Archaeology supports the Bible
Published: 28 January 2017 (GMT+10)
Today’s feedback is from Jose M., from the U.S., who asks whether archaeological evidence helps to confirm Scripture.
Let me start by saying that I love how this organization (creation ministries international) refutes skeptical arguments against the bible, creation, the book of Genesis etc. this organization has shown how God's word is true and not a fairy tale of some sort. one thing I would like to know is if archaeology has contradicted or disproven the bible in some sense as claimed by atheists/skeptics, many of them have gone as far as saying that king david, king Solomon, abraham, Moses even the creator JesusChrist, never even existed, or even that the tower of babel and the exodus never happened, I know they did because the bible doesn't lie and has always been proven to be true, my point is does such evidence exists (outside of the bible) in archaeology that supports the existence of these figures and these events mentioned in the bible?
I’m glad that CMI has been a help to you.
Archaeology has often supported the Bible’s historical claims, and I’ll give some examples below. But we should not expect any historical science to confirm every person, place, or event mentioned in Scripture, because only a small fraction of the historical artifacts that once existed have survived to the present.
We have good reasons to believe the Bible is God’s Word, so we agree with you that whatever it affirms is completely truthful and without error. When there is a lack of archaeological evidence for some biblical claim or even an apparent conflict between archaeology and the Bible, this should not cause us to waver in our Christian convictions, because the overall picture is clear that the Bible is true. (See Faith and facts.) Often, the alleged problems are merely arguments from silence or the result of misinterpretations.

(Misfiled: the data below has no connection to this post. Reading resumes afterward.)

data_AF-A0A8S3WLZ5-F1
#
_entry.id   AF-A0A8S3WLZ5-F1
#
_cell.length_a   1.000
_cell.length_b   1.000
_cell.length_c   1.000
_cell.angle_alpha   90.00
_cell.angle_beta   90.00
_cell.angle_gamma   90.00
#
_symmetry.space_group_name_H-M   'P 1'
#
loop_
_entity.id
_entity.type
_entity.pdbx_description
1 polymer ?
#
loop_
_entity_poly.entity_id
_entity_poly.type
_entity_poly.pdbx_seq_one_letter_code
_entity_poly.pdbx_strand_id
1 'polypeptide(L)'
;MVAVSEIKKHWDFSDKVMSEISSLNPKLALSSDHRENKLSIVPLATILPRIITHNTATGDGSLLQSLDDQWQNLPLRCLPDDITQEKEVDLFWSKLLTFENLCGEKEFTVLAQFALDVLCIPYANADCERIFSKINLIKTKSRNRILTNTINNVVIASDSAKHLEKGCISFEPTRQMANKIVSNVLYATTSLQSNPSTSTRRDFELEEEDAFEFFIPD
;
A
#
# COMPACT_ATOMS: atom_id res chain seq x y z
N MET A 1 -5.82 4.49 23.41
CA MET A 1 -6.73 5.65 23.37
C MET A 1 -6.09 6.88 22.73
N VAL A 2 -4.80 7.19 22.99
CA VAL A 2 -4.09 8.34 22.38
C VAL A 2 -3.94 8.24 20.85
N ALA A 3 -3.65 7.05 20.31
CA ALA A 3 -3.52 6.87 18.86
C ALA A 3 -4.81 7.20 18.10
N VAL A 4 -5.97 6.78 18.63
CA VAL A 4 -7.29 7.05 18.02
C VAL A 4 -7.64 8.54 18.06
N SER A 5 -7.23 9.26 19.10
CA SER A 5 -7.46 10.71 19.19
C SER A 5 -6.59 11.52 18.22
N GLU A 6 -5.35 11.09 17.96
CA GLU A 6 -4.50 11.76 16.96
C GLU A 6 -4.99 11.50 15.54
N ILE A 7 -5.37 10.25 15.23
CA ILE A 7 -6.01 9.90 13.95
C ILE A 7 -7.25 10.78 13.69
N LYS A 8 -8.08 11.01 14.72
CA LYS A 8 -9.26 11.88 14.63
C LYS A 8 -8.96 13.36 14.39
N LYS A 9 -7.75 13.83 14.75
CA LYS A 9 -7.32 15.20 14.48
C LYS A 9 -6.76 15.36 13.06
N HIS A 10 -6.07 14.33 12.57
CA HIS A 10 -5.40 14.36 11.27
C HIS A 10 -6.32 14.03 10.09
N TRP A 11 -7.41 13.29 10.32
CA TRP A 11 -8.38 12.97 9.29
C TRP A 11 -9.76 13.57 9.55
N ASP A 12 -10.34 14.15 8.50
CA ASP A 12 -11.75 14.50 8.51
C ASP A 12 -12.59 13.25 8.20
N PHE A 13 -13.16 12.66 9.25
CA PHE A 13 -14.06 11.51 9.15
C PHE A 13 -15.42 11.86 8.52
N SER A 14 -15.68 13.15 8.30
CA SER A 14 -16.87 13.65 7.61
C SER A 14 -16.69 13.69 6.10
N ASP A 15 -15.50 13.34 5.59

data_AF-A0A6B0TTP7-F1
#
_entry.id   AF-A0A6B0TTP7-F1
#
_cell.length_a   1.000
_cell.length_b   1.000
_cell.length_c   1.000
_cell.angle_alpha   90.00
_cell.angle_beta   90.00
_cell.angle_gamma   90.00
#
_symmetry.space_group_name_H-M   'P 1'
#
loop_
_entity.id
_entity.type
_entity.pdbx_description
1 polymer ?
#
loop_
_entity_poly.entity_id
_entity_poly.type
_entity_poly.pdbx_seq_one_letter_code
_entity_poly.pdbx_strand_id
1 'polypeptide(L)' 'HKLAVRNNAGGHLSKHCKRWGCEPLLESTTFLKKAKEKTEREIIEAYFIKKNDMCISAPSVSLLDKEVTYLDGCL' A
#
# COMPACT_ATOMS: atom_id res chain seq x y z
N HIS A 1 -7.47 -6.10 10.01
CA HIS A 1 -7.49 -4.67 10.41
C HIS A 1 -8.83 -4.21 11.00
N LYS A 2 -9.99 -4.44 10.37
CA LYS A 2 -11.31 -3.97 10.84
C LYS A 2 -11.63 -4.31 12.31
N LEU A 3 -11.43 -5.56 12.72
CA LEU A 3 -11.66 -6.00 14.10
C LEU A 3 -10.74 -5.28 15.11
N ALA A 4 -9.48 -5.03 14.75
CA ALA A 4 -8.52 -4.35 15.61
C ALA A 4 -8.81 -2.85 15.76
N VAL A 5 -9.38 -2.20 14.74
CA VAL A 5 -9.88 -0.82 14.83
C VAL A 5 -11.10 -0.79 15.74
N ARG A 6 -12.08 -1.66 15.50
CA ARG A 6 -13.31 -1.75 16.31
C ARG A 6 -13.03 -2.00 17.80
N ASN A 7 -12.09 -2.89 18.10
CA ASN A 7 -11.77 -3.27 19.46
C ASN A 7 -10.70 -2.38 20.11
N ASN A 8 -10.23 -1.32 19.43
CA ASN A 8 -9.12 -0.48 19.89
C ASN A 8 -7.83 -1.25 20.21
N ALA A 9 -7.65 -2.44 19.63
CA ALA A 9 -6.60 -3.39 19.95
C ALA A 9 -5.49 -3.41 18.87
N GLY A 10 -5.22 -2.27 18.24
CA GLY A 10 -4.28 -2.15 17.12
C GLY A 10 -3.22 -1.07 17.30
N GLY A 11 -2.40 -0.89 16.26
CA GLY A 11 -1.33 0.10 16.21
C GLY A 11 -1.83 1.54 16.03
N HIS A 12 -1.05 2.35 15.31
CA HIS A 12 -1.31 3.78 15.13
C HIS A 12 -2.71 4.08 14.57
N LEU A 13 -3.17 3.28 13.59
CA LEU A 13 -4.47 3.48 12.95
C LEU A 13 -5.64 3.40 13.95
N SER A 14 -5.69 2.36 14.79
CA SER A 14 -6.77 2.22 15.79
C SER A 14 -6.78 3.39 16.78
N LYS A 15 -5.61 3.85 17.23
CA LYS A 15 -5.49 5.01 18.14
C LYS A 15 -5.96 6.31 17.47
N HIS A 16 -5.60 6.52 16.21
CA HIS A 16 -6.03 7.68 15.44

Many times in the past, the Bible has been vindicated by archaeology against skeptics. Critics once claimed that Assyrian king Sargon of Isaiah 20:1 never existed, only to have egg on their faces when his entire palace was unearthed. The Hittites were similarly dismissed by skeptics, but later their enormous capital city, Hattusa, was found, including buildings, artifacts, and writings. Also, you can read about the case of Babylonian king Belshazzar, which was thought to be a Bible error, as we covered in Creation magazine. Even the idea that domesticated camels were not available to Abraham has proved to be unfounded.
Thousands of archaeological discoveries could be mentioned that help to confirm biblical truth claims. For example, just consider the Judahite reformer, King Hezekiah. One can go to Jerusalem today and walk through the tunnel he built to bring water into the city, as recorded in 2 Kings 20:20. Multiple bullae (impressed clay pieces) containing his royal seal have been found. And his confrontation with Assyrian King Sennacherib (2 Kings 19) is confirmed by the Sennacherib Prism, in which this wicked king boasts of trapping Hezekiah in Jerusalem “like a bird in a cage”. Note that he did not capture Jerusalem, because an angel decimated his army.